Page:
Project Title: Seismic Signature of Highly Resistive South-Eastern North American Lithosphere Institution: Universtiy of Rochester Host:Dr. Tolulope Olugboji
I’m going to be examining the mid-Lithosphere discontinuity (MLD) in the south-eastern US by using a new receiver function stacking technique. This will provide estimates of the depth of the MLD, how sharp the MLD is, and the Phi-Power. In combination with magnetotelluric data and mineral physics, this will help determine the mechanism by which, at least in the south-eastern US, the MLD is produced by and hopefully narrow the proposed mechanisms.
Project Title: Slab Stagnation in Australia, and Why Convecting Material Becomes Trapped in the Mid Mantle Institution: Australian National University Host:Dr Lauren Waszek
During my internship, I will learn how to compile and analyze a data set of seismic phases that interact with mantle discontinuities beneath the Australasian region. The first phase of my project involves identifying suitable earthquakes, downloading the data, processing it by using existing codes and scripts, and then picking the data. Analyzing the earthquakes will require the use of existing codes to extract the seismic phases by stacking. This process will assist with identifying and measuring the depths of mantle discontinuities. The second phase of my project involves interpreting potential mantle compositions. This requires generating synthetic seismic phases, which are manipulated in the same way as real seismic data. In addition to generating synthetic seismic phases, various mantle compositions will be tested through the utilization of existing codes.
Project Title: Collecting and analyzing BST (Basins of Seattle and Tacoma) data to study the Seattle and Tacoma basins. Institution: University of Washington Host:Dr. Alex Hutko
In this project I will be working with Dr. Alex Hutko and Dr. Renate Hartog as well as others in the Pacific Northwest Seismic Network(PNSN) to collect ambient noise data in urban environments to analyze the velocity structure of the Seattle and Tacoma basins. Creating a more accurate velocity structure map will help to constrain models that currently show that the Tacoma basin could amplify seismic waves from a megathrust earthquake along the Cascadia Subduction Zone. My roll in this research will be to communicate with potential site locations and to be a part of a team to deploy and retrieve seismic stations. I will also be responsible for collecting the data from the data loggers, converting them, assessing each site based on noise characteristics, running the cross-correlations, and determining when to move the stations based on early results. I will work with my mentors to interpret the velocity structure of these basins and their importance for anticipating seismic risk.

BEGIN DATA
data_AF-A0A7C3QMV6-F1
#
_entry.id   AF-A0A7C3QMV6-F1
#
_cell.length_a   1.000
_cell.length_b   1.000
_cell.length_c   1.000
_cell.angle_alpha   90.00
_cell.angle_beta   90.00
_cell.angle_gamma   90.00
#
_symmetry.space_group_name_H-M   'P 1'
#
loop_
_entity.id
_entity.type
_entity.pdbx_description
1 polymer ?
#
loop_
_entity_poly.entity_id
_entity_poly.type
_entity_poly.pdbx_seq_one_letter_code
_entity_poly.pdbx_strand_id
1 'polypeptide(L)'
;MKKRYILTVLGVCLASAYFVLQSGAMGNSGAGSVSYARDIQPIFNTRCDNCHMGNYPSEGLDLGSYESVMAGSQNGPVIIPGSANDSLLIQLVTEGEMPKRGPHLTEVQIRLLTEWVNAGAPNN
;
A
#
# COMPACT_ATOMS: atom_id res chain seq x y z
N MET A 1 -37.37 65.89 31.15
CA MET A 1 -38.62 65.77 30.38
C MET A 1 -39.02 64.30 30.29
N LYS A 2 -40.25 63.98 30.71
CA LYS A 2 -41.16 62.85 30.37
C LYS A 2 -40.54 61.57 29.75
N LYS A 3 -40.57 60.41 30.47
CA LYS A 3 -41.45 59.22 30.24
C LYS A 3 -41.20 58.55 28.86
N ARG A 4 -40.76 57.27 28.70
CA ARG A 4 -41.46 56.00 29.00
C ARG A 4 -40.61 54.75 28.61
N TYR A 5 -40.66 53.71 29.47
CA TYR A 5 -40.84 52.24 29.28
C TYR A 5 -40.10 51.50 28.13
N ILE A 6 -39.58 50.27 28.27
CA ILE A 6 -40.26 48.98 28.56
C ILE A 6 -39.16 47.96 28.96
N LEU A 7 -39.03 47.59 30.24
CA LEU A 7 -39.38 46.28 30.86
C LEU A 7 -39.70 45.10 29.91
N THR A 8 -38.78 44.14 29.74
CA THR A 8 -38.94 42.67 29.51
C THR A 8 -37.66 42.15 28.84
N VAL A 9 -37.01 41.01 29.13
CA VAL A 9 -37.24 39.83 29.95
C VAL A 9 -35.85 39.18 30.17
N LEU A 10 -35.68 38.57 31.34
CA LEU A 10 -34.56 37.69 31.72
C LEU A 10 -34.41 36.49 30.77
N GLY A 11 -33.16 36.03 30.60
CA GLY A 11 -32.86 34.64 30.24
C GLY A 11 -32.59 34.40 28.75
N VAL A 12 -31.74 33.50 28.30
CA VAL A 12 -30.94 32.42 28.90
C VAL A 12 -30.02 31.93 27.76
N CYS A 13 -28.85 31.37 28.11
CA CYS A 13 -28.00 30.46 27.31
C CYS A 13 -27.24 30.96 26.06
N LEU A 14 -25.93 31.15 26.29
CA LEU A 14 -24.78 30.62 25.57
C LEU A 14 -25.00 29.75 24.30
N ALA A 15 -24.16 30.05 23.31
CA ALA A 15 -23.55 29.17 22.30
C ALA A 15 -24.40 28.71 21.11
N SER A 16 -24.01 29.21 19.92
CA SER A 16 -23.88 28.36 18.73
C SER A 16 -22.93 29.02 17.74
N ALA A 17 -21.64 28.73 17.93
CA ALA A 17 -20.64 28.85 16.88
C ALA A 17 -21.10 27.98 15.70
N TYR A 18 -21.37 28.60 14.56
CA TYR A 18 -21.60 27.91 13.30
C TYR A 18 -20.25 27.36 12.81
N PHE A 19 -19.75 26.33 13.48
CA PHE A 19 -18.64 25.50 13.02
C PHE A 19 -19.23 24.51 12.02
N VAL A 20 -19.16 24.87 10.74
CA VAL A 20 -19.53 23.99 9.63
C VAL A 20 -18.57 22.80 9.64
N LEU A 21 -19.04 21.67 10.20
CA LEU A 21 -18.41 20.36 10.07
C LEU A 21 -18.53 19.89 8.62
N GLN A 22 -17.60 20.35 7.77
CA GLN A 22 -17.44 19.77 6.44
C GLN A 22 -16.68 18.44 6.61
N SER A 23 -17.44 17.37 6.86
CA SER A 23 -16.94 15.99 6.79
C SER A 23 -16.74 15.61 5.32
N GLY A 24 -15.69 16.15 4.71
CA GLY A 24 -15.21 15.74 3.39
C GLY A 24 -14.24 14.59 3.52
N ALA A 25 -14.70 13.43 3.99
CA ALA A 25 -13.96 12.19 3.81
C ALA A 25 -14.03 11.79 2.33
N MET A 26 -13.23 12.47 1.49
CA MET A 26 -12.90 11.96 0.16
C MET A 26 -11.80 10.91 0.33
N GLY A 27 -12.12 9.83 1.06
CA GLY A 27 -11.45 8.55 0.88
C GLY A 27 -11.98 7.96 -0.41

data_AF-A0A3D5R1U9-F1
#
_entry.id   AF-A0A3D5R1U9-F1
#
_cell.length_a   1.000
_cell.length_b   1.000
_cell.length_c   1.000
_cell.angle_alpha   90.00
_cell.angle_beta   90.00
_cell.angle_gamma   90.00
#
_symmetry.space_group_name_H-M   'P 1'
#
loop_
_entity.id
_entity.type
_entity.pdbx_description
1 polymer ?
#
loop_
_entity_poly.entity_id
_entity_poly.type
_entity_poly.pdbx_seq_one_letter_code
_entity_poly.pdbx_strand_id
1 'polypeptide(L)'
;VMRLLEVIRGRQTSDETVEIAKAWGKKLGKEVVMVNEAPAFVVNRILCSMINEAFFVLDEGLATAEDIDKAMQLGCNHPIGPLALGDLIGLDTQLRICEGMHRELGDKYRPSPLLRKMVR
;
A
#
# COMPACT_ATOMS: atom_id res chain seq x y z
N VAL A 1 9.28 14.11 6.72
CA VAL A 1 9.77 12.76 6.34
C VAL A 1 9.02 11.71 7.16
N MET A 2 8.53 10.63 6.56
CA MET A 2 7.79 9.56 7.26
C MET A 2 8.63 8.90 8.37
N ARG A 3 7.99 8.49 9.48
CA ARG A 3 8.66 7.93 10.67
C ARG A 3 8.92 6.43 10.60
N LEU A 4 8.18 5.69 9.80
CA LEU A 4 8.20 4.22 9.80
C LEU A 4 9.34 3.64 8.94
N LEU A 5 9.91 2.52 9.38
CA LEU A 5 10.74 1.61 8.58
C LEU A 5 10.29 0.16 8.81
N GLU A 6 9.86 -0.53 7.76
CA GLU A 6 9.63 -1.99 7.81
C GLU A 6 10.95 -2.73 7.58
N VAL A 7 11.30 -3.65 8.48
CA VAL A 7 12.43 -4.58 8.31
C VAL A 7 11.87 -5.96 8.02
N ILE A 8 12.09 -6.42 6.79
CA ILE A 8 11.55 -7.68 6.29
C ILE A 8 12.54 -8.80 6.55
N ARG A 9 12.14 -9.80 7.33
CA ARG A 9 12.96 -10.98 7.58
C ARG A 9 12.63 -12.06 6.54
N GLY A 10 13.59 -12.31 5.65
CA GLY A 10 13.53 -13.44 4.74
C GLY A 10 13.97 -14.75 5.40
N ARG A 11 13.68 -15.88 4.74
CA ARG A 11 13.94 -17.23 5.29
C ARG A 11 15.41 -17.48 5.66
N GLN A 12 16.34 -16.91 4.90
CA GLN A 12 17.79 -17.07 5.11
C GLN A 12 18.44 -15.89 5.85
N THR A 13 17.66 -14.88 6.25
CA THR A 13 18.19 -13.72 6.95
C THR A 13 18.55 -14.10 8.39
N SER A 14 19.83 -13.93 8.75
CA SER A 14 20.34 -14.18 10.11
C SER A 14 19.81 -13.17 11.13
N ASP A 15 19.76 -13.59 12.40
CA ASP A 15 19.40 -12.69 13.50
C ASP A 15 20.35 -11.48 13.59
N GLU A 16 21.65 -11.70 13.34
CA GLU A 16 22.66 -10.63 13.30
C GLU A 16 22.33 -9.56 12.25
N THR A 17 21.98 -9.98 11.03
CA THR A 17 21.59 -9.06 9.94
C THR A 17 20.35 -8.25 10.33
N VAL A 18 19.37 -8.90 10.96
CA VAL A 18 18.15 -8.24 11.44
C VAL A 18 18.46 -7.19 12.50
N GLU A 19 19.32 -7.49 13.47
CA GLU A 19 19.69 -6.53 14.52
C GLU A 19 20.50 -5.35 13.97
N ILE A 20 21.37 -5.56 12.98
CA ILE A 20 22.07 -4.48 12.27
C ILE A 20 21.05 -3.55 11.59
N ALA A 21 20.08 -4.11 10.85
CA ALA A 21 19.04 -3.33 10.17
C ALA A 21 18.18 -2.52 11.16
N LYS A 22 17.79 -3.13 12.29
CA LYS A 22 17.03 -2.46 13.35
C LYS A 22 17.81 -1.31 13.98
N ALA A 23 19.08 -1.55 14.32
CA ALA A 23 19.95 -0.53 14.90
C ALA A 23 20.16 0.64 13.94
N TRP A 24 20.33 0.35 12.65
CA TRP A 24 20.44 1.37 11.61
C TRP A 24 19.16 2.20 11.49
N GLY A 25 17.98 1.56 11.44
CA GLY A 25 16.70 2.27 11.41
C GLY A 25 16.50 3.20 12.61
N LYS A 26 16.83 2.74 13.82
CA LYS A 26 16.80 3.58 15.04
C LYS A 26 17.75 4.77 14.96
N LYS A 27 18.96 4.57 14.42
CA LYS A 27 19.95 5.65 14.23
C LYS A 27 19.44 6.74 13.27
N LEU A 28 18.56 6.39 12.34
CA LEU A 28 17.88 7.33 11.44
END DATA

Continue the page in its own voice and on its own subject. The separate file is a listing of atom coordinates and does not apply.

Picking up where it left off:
Project Title: Imaging structure within the Australian lithosphere using Sp receiver functions Institution: University of California, Riverside Host:Dr. Heather Ford
This summer, I will be using Sp receiver functions to image the structure of the Australian lithosphere. This project is a follow up of the analysis to a study in 2010 (The lithosphere-asthenosphere boundary and cratonic lithospheric layering beneath Australia from So wave imaging). Since 2010, seismic networks have expanded, providing more data and coverage across the continent. My role in this project will be to request and process data from broadband seismic stations. In addition, I will take on forward modeling and interpret the results to better characterize the structure of the lithosphere and the nature of the lithosphere-asthenosphere boundary.
Project Title: Rayleigh Wave Attenuation Tomography of Alaska Using Wavefront Tracking Institution: Brown University Host:Colleen Dalton
This summer, I am studying Rayleigh wave attenuation in Alaska. By comparing the amplitude of the Rayleigh waves that arrive at two seismic stations that are close together, we can isolate the differences in amplitude to be caused by the receiver or the Earth’s structure. From this, we will analyze the composition and structure beneath Alaska to better understand some of the interesting surface features that occur there, such as the Denali volcanic gap, the Wrangell volcanic field, and the Aleutian volcanic chain.